Every few months, people with breasts are faced with a conundrum: Is there anything else that can do the bra's job, and not be... a bra? Is there anything more exciting out there that can support our breasts? Any other conceivable option?
For women like Kim Kardashian West, gaffer tape will do. For women like Kendall Jenner, bralettes are the only way to go. And now, for the most daring among us, wearing chains that construct the very basic silhouette of a bra, with metal appliqués sometimes covering the nipples, is completely OK.
But here's the thing: That's not a fucking bra.
Bras are supposed to be supportive. They're supposed to cover your nipples and part of the area surrounding them for support and warmth and general security purposes. Chain bras, as they're now known, do none of the above.
That all could have to do with the fact that they erupted in popularity during a particularly traumatizing time: Coachella. In the California desert, when flash tattoos and feather hair ornaments seem like a good idea, girls basked in the sun wearing tank-tops with chains peeking out, or in pools, hoping not to show signs of rust.
We can blame Bella Hadid specifically for making this statement a verified trend in the Golden State. Over a Coachella weekend, she posted an Instagram of herself wearing a choker with her heavily wristbanded arms waving in the air, her breasts completely unsupported by some weak metal chains. To Hadid's 4.1 million followers, this was #goals.
With that pic, a trend was born, and now we must live with it — but not without a fight.
Head on over to Instagram and you will see the aftershocks of Hadid's first post. In just the past few weeks, more than 1,000 pictures have been tagged #ChainBra, and every one gives us a new reason for why they are inherently evil. Here's just a few instances:
1. This will rust.
2. This will pinch your nipples and cause you to bleed.
3. Like, holy shit, no.
4. If there is a sudden gust of wind, you will get arrested.
5. There is no support in this situation.
(Look, the cat's even over it.)
6. If this gets sandy, it will be impossible to clean.
7. Basically only hot people can wear this.
This trend is actually for the kind of person who willingly goes outside and participates in social activities braless. The kind of person who isn't afraid of exposing one's nipples to every single person they pass. (We envy their boldness, but, y'know.)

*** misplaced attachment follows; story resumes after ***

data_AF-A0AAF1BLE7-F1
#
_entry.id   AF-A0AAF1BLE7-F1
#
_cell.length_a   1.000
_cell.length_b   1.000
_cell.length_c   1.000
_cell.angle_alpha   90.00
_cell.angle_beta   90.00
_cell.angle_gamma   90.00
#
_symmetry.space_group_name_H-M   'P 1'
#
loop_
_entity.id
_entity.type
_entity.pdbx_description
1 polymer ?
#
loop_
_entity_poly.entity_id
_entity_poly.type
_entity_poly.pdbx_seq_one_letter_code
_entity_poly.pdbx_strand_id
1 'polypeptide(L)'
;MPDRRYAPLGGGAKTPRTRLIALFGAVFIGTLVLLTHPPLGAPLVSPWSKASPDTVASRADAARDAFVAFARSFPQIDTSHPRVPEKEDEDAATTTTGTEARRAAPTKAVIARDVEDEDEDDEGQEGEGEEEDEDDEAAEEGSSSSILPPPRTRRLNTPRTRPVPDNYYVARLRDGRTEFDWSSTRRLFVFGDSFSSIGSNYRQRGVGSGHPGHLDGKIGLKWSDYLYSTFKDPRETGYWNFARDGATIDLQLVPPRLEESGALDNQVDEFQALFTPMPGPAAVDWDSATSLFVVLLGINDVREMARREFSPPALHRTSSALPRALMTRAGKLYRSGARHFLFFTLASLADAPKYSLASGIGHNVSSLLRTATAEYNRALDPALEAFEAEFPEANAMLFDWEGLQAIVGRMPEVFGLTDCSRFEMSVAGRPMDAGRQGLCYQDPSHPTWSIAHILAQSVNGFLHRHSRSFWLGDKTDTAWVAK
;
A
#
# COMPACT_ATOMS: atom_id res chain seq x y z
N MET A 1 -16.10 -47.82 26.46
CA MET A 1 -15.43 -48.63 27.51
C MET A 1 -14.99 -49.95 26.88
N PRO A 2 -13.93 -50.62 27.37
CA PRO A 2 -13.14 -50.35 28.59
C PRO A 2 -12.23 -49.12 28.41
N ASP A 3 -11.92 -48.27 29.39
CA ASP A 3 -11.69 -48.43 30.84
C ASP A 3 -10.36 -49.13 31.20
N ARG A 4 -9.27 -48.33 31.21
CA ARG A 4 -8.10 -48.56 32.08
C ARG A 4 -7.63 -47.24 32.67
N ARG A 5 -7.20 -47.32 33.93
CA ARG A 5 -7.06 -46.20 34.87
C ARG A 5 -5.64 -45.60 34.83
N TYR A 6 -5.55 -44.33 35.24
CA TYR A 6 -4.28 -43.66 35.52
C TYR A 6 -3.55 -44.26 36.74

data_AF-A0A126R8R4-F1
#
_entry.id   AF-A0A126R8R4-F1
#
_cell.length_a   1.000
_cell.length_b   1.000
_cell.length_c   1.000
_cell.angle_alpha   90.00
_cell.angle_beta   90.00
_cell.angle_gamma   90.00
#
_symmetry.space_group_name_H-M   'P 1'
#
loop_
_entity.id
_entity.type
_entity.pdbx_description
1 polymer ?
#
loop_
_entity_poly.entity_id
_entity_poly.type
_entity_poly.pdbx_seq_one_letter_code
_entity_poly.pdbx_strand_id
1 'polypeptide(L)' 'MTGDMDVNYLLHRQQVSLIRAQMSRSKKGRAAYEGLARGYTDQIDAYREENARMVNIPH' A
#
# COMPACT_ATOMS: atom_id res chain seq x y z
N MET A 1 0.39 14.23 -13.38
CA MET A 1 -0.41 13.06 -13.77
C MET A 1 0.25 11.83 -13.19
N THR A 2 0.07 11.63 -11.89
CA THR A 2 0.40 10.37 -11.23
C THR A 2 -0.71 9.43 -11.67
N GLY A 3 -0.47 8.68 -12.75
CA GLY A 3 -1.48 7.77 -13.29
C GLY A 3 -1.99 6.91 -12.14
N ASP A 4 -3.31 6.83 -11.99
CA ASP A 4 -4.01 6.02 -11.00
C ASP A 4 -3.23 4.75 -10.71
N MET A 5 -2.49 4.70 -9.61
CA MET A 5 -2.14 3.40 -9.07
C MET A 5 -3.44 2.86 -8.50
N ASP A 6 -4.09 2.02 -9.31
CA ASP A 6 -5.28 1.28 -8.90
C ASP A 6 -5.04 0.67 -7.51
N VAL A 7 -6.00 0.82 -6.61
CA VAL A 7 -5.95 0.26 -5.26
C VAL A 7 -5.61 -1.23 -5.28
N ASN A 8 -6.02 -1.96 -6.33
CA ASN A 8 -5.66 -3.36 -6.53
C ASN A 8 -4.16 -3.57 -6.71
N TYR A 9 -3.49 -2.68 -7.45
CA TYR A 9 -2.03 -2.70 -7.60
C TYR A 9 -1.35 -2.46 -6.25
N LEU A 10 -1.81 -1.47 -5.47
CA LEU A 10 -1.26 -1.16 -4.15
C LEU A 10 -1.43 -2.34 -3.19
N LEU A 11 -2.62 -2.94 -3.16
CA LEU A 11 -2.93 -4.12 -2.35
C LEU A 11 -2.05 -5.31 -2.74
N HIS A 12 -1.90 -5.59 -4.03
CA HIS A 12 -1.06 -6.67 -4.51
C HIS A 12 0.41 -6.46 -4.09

And we have some news for you: We are not all models in a Free People catalogue. Not all of us awaken from a midday nap with beachy waves and perfect tits. Not all of us want to use a fucking necklace as a support for our breasts.
For whatever awful reasons, no new or exciting bra trend — from triangle bras to bralettes — seems to work for (or can even be replicated for) people with larger breasts, or those who feel better with a little support. Especially since the chain bra is realistically just a marriage between a body chain and a bralette, we can tell you that the only person who will ever be able to completely and fully pull off this look is someone like Jennifer Lopez. And sadly, we all cannot be her.
Where we can lay blame for this trend is not only on Hadid, but on social media's pull. Hadid has over four million impressionable followers, and if the rise of Kendall Jenner's favorite undergarments (bralettes) tells us anything, that matters. The type of clothes we're forced to wade through on our Instagram feeds, which will eventually land on racks at Urban Outfitters, are being perpetuated by supermodels. And that feeds trends which will work on supermodel bodies and supermodel bodies alone. This isn't a trend that, say, Kim Kardashian West can pull off. And with the average American woman's bra size now at a 34DD, that's leaving millions of people out of the loop.
So, there are bras, and then there are chain bras. Let us not confuse the two.